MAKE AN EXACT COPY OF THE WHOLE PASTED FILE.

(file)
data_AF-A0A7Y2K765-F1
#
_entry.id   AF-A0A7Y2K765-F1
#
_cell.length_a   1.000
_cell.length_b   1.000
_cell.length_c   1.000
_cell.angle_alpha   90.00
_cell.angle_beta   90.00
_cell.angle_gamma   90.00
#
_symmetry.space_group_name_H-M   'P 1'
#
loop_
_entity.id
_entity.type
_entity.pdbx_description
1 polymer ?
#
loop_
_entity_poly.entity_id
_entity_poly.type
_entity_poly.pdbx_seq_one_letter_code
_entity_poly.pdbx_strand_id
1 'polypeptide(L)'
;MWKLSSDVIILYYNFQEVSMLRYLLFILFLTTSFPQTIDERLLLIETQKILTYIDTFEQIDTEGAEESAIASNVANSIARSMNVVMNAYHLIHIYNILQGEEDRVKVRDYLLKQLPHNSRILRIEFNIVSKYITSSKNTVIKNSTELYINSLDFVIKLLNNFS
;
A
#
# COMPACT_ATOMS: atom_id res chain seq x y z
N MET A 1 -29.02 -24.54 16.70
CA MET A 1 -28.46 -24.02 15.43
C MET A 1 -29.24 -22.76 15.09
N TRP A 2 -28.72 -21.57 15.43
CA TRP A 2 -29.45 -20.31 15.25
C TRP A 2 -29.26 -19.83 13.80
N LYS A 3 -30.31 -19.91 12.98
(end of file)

data_AF-A0A7Y2K765-F1
#
_entry.id   AF-A0A7Y2K765-F1
#
_cell.length_a   1.000
_cell.length_b   1.000
_cell.length_c   1.000
_cell.angle_alpha   90.00
_cell.angle_beta   90.00
_cell.angle_gamma   90.00
#
_symmetry.space_group_name_H-M   'P 1'
#
loop_
_entity.id
_entity.type
_entity.pdbx_description
1 polymer ?
#
loop_
_entity_poly.entity_id
_entity_poly.type
_entity_poly.pdbx_seq_one_letter_code
_entity_poly.pdbx_strand_id
1 'polypeptide(L)'
;MWKLSSDVIILYYNFQEVSMLRYLLFILFLTTSFPQTIDERLLLIETQKILTYIDTFEQIDTEGAEESAIASNVANSIARSMNVVMNAYHLIHIYNILQGEEDRVKVRDYLLKQLPHNSRILRIEFNIVSKYITSSKNTVIKNSTELYINSLDFVIKLLNNFS
;
A
#
# COMPACT_ATOMS: atom_id res chain seq x y z
N MET A 1 -29.02 -24.54 16.70
CA MET A 1 -28.46 -24.02 15.43
C MET A 1 -29.24 -22.76 15.09
N TRP A 2 -28.72 -21.57 15.43
CA TRP A 2 -29.45 -20.31 15.25
C TRP A 2 -29.26 -19.83 13.80
N LYS A 3 -30.31 -19.91 12.98